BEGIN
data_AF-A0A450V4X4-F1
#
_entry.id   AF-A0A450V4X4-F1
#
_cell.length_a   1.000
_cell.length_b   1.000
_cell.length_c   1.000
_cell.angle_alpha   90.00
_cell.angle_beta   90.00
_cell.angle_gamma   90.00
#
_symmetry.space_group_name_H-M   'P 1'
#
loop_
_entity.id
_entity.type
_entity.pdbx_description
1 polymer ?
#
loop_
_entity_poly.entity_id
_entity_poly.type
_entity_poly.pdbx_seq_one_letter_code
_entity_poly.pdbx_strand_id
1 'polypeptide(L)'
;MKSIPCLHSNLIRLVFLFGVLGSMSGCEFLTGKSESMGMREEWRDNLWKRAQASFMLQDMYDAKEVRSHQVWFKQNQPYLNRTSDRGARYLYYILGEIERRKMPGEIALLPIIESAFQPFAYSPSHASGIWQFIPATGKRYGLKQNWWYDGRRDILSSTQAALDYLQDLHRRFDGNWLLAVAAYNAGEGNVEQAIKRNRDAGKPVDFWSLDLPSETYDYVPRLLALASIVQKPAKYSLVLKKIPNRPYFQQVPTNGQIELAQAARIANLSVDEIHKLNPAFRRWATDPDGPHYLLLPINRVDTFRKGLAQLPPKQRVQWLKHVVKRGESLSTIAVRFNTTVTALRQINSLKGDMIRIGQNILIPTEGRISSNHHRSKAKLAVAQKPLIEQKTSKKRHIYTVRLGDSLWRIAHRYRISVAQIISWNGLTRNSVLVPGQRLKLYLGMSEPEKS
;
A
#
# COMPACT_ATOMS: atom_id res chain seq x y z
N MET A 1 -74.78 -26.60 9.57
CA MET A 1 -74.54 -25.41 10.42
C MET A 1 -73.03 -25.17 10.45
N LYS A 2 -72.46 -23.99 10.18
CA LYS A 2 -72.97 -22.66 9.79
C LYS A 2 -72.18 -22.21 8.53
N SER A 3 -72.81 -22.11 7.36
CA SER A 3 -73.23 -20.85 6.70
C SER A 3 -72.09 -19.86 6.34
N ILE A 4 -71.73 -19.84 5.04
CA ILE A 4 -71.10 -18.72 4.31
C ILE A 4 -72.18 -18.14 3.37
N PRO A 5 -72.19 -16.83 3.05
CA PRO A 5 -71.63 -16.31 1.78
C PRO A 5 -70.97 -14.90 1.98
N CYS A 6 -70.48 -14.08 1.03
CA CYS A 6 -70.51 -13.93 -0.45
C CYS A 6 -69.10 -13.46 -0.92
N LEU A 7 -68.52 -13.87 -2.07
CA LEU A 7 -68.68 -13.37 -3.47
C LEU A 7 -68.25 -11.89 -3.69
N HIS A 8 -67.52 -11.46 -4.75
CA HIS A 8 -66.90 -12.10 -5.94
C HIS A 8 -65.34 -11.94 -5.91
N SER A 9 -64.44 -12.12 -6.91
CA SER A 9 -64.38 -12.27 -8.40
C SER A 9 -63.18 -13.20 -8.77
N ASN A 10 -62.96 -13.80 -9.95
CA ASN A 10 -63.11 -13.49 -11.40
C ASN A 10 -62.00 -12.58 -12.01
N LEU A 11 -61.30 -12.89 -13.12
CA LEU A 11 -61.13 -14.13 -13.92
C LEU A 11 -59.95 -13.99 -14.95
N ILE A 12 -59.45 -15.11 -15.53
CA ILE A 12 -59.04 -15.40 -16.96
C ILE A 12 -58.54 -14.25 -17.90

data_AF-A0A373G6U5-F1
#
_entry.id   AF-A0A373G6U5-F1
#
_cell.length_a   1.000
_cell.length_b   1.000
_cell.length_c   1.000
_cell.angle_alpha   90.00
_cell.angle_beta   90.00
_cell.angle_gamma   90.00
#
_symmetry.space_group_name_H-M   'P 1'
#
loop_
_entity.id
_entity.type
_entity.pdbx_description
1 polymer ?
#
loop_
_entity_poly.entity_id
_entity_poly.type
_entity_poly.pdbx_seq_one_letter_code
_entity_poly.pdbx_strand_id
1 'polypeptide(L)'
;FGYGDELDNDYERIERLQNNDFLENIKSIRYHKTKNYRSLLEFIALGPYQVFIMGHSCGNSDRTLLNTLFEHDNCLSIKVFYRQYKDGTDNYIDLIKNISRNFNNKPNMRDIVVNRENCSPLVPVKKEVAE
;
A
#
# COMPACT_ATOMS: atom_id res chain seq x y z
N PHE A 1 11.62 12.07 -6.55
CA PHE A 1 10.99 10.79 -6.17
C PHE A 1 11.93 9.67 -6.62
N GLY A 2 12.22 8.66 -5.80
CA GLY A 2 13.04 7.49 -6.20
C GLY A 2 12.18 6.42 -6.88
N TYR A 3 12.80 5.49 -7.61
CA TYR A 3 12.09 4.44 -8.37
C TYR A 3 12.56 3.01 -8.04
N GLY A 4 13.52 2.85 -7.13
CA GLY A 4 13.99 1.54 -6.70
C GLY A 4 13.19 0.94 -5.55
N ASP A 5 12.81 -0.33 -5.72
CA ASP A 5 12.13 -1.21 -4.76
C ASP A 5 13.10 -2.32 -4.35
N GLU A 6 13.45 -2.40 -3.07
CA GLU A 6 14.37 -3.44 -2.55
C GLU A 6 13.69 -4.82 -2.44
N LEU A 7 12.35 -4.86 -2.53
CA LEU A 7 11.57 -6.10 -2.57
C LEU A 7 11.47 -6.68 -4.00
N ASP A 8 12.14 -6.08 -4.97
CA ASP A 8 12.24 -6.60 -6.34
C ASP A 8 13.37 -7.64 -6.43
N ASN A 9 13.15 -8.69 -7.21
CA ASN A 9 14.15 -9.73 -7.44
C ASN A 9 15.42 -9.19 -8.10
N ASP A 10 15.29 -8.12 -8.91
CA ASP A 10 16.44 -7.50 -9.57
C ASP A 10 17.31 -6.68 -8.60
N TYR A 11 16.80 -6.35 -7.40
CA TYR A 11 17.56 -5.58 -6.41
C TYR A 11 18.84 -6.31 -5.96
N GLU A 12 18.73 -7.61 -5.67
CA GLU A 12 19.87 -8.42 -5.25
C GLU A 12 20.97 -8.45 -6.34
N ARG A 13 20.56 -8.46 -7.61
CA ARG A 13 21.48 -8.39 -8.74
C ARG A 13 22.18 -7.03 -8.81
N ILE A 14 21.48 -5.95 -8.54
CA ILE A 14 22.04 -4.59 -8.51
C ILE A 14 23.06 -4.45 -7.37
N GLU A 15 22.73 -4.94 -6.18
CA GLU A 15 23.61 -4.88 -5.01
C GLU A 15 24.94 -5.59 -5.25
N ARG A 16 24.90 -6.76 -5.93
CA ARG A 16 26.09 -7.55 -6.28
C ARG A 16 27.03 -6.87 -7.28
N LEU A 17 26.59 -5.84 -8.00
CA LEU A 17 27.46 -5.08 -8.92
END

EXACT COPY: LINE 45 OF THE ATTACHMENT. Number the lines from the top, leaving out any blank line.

C PRO A 5 -70.97 -14.90 1.98